By Linda Malone | Edited by Elena Doxey
Did you know that cardiovascular disease is the leading cause of death in the United States? With 2,200 people dying of heart-related illnesses each day, there’s no better time than now to take action.
Since February is American Heart Month, we compiled 29 noteworthy and easy-to-digest tips to achieve a healthy heart and lifestyle.
- Get in 30 minutes of exercise: Whether you take a 30-minute walk every day or fit in three 10-minute exercise breaks, putting in the time for those recommended 30 minutes of activity can dramatically help you maintain a healthy lifestyle.
- Get your heart pumping: Step up your workout to raise your heart rate enough to make a difference. You’ll know when you’re at optimum intensity when you break a sweat and feel tired and sore afterwards. Don’t overdo it, though. Safety first.
- Step it up: Taking the stairs instead of the escalator or elevator is an easy way to incorporate exercise into your daily routine. It’s also a good health check indicator. If you’re out of breath climbing the same number of stairs you did last week, you may want to see your physician for a check-up.
- Put on your dancing shoes: Dancing is not only great aerobic exercise, but it’s a fun way to reduce stress and keep your heart healthy.
- Crank up the music: Listening to music may have direct impact on lowering blood pressure and lessening stress and anxiety—all of which are contributing factors to cardiovascular disease.
- Reduce stress: Stress can have negative effects on behavior, which can lead to overeating, taking up smoking or smoking more than usual―which can then lead to heart disease and stroke. Chronic stress has also been linked to hormonal changes which may raise blood pressure and heart rate. Experts suggest trying meditation or taking a yoga or Tai Chi class to help reduce stress.
- Take a power nap: Just taking a 45-minute nap after a stressful situation or mental task has been shown to reduce blood pressure.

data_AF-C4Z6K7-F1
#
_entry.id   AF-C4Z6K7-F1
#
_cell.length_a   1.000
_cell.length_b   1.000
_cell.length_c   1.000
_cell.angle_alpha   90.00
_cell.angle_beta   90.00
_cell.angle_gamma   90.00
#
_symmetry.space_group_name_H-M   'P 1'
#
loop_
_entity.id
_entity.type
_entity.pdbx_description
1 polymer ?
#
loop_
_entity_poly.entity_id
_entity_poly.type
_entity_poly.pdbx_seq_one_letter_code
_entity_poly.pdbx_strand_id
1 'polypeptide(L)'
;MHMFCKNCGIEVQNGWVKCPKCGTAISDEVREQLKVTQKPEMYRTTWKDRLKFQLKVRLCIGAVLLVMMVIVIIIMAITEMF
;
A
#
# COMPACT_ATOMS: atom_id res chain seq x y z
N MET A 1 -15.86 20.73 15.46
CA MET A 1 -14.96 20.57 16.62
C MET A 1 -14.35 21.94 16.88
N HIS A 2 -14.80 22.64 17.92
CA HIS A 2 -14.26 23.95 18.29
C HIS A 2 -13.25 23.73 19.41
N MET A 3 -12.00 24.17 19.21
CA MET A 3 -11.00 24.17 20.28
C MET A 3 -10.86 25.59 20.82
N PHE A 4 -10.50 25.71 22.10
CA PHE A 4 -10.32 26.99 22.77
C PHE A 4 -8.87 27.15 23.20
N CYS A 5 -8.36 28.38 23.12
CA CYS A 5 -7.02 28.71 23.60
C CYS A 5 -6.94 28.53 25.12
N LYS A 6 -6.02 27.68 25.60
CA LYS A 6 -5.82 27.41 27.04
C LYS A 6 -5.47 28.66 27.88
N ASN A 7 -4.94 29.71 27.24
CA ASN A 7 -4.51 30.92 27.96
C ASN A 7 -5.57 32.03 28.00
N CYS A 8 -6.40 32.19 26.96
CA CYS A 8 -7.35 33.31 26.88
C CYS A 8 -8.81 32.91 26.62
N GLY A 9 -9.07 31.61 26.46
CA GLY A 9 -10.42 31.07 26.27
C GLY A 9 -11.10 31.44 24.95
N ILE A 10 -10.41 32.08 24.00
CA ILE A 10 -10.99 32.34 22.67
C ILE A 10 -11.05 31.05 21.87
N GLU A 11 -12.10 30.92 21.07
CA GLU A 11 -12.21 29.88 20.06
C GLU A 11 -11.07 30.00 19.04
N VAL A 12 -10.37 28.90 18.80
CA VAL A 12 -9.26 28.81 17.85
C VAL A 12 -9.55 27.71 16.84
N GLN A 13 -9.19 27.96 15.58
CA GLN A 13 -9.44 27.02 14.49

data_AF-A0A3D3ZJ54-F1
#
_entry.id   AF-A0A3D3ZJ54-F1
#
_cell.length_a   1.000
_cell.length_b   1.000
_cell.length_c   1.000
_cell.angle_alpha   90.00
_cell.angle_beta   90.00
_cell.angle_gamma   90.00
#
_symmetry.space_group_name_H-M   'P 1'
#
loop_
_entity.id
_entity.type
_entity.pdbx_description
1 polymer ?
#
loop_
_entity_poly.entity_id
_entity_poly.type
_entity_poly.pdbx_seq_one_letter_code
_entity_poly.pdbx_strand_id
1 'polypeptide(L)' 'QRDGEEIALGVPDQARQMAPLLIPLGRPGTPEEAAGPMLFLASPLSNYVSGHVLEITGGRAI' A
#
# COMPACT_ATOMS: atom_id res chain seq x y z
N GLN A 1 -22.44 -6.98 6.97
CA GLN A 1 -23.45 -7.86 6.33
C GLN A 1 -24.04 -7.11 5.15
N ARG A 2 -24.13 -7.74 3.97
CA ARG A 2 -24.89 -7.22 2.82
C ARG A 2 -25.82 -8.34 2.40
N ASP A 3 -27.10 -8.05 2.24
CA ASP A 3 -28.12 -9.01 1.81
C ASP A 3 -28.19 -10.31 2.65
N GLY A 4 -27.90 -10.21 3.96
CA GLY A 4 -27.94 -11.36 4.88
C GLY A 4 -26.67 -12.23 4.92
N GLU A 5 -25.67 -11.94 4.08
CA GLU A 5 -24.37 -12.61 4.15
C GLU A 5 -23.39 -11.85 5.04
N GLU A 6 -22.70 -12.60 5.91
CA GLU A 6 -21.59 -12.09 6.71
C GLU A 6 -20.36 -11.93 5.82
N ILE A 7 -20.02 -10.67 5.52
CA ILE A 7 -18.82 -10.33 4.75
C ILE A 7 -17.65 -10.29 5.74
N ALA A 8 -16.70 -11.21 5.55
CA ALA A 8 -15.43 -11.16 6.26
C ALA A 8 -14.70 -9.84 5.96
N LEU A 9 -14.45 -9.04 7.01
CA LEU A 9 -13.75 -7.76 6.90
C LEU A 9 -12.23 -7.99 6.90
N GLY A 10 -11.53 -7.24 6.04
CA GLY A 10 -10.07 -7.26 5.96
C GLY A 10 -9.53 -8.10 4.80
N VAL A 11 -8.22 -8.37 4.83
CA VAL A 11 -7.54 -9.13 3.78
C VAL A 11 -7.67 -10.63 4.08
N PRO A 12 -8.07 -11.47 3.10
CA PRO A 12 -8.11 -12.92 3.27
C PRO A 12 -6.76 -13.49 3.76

- Manage your emotions: Having feelings of anger, sadness, frustration, or stress can increase blood pressure and put pressure on your heart. One study revealed people who had high levels of psychosocial distress ran the same risk of suffering a heart attack as those who smoke.
- Watch your waist: Belly (visceral) fat is more than just a “spare tire” that you need to lose. It’s a clear predictor of your increased risk of heart disease. For every extra two inches of belly fat you carry around, you are increasing your heart disease risk by 20%!
- Know your BMI: Normal body mass index (BMI) ranges from 18.5 to 24.9 kg/m2. A BMI of 27-30+ indicates that a person’s weight falls within the overweight-to-obese range and puts them at an increased cardiovascular risk.
- Cut Your Portion Size: Being aware of portion sizes can help keep your calories and belly fat under control. Proper portions, for example, include: 3 ounces of meat or chicken (the size of a deck of cards), and 1 1/2 ounces of hard cheese (three dice).
- Increase your daily fiber: Eating at least 25 grams of fiber every day can help lower your risk of heart disease. Eating fiber-rich foods such as oats, beans and oranges helps lower LDL (“bad”) cholesterol levels. Those who eat a high fiber diet, over time, have been shown to have a significantly lower lifetime risk of developing cardiovascular disease when compared to those who consume smaller amounts of fiber.
- Eat a rainbow of fruits and vegetables: Fruits and veggies are not only good sources of vitamins and minerals but they are low in calories and rich in dietary fiber. Their vibrant colors are reflected in healthy pigments called ‘flavonoids’ which have been known to reduce the risk of inflammation—a crucial factor in the development of cardiovascular disease.
- Skip the salt: Too much salt in your diet can lead to high blood pressure—a major risk factor for cardiovascular disease. The Centers for Disease Control and Prevention recommends no more than 2,300 mg of sodium (approximately one teaspoon) of salt each day.
- Eat more fish: Fish is high in omega-3 fatty acids and has less saturated fat than meat. The Mayo Clinic suggests eating one-to-two servings of fatty fish (such as salmon) per week to help reduce the risk of heart disease (particularly sudden cardiac death). If fish is not to your liking, consider taking an omega-3 supplement, such as krill oil.